The National Irrigators’ Council (NIC) today welcomed the bipartisan passage of the Water Legislation Amendment (Sustainable Diversion Limit Adjustment) Bill 2016 which means that no more productive water needs to be recovered from the Southern Basin.

NIC CEO, Tom Chesson said the Deputy Prime Minister’s comments that the passing of the Bill “… will eliminate the need for further water recovery in the Southern Basin’ was heartening news for communities already being turned into ghost towns by the removal on over four million megalitres or water entitlements from the Murray Darling Basinsince 2004.

Mr Chesson said the bipartisan nature of the Bill was especially pleasing and stood in stark contrast to the #backpackers tax fiasco.

We wholeheartedly agree with DPM Joyce who said; “There are smarter ways to achieve the Plan’s triple – bottom line outcomes than by simply buying back water from communities that depend on that water for their livelihoods. That’s what the SDL Adjustment Mechanism is about, being smarter and more adaptive.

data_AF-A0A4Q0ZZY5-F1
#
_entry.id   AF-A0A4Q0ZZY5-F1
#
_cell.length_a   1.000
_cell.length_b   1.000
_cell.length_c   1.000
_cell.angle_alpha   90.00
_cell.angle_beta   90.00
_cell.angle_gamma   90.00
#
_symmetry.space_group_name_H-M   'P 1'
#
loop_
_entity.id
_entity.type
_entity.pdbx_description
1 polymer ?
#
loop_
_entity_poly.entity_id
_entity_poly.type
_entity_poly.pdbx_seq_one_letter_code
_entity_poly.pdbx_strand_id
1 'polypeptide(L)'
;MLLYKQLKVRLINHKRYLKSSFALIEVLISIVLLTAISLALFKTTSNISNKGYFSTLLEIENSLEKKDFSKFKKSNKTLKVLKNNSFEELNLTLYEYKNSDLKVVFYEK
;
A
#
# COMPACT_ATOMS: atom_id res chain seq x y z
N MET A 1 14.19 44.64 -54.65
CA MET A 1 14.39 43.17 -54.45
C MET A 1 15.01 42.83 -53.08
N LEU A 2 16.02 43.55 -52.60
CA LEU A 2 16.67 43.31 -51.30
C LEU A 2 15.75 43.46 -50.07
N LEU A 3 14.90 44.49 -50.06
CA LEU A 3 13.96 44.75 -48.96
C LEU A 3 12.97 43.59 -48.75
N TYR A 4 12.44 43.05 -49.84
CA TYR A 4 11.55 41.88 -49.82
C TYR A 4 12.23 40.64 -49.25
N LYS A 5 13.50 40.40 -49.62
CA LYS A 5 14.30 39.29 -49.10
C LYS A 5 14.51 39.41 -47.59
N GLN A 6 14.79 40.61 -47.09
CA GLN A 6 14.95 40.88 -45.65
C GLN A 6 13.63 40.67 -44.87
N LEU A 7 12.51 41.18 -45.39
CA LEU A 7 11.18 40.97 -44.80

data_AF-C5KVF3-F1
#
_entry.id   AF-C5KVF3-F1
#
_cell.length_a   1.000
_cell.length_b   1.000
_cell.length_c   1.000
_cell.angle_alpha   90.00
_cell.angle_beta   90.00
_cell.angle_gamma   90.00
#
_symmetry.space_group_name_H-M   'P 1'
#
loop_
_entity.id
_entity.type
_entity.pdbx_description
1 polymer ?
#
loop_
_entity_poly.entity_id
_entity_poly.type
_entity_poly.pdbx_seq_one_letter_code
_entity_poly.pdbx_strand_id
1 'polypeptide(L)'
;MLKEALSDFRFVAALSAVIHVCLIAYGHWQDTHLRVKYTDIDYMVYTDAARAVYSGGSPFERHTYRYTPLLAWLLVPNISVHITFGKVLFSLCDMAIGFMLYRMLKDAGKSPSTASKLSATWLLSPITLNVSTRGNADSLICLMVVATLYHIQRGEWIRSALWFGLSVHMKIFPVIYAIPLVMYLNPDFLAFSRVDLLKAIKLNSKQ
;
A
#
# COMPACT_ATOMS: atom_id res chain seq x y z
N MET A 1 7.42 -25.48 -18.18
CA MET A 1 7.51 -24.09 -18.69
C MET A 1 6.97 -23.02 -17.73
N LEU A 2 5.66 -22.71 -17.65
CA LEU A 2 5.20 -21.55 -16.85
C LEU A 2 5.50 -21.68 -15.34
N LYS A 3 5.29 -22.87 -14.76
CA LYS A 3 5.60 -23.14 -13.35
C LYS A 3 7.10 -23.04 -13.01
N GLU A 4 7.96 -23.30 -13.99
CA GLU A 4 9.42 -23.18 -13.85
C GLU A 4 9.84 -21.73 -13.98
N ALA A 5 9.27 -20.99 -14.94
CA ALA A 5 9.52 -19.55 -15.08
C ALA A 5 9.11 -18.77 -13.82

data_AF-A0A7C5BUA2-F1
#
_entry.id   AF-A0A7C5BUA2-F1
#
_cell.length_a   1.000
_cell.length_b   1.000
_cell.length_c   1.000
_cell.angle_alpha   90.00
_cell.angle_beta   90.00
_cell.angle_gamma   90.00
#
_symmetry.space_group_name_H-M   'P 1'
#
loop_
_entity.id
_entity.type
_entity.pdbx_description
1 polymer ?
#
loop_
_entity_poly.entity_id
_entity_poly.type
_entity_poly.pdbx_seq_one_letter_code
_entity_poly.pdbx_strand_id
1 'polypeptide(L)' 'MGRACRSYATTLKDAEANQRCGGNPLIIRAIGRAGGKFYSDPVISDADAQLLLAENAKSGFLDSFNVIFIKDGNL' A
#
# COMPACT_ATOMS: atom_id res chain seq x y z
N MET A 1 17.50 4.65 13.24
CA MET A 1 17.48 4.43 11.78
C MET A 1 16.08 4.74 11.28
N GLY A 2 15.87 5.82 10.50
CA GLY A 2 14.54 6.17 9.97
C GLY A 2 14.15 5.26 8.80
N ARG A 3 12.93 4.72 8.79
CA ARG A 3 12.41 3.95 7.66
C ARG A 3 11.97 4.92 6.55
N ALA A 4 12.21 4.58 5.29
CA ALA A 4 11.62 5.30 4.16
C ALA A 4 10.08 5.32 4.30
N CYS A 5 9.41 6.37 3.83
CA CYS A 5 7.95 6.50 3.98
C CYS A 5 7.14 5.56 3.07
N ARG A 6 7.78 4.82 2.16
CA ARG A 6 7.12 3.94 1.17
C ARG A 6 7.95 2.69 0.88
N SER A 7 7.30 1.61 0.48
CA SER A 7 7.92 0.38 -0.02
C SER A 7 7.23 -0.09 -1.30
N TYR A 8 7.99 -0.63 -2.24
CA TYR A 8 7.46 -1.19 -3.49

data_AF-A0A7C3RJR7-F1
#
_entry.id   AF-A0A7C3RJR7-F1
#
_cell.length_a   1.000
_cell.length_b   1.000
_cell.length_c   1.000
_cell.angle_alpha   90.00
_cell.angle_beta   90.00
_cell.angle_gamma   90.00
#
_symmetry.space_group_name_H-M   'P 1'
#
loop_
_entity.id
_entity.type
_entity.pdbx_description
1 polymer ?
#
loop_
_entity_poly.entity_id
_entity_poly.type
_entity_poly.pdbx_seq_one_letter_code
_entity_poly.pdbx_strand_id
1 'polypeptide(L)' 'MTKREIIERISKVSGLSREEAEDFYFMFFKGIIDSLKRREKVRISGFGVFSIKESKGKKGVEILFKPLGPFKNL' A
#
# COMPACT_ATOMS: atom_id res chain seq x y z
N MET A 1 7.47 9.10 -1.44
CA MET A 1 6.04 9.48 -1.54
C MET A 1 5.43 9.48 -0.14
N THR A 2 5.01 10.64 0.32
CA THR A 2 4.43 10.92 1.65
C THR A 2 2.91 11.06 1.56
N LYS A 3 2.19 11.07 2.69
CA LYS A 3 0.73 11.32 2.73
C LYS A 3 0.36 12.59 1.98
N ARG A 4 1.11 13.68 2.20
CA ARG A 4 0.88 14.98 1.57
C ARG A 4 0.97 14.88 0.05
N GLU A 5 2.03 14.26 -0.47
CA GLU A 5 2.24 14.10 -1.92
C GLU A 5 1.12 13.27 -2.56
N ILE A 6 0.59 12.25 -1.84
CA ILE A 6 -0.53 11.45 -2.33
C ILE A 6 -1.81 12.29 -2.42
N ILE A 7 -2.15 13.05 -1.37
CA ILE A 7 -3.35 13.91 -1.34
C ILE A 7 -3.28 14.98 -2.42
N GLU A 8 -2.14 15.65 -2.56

Deputy Prime Minister Joyce noted: ‘It is anticipated that the remaining gap in the Southern Connected System will be around 580 GL after existing infrastructure projects are complete and consistent with the findings of the 2015 stocktake report, an SDL adjustment of over 500 GL is now within reach.

Mr Chesson said at the last MDB Ministerial Council Meeting in April this year the Council agreed that complimentary measures such as carp control, fish habitat restoration, fish ways and cold water pollution could be included as SDL Offset Measures.

“In his Second Reading Speech accompanying the legislation DPM Joyce made it clear that the Australian Government was aware of potential ‘complementary measures’ and said the Bill passed today would help facilitate their inclusion into the SDL offset proposals.

“State Governmentssince the April MinCo meeting have proposed eight ‘complimentary measure’ projects in addition to the 36 other SDL offset projects already put forward.

Mr Chesson said given the large number of impressive projects put forward by the Basin States there should be no problem in getting well over 580 Gigalitres of SDL offsets.

“When coupled with the ‘complementary measures’ the final number should easily be far in – excess of 800 Gigalitres of SDL offsets which would provide achievable real world environmental outcomes without destroying the social and economic fabric of communities, “Mr Chesson concluded.

Media Contact: Tom Chesson 0418 415597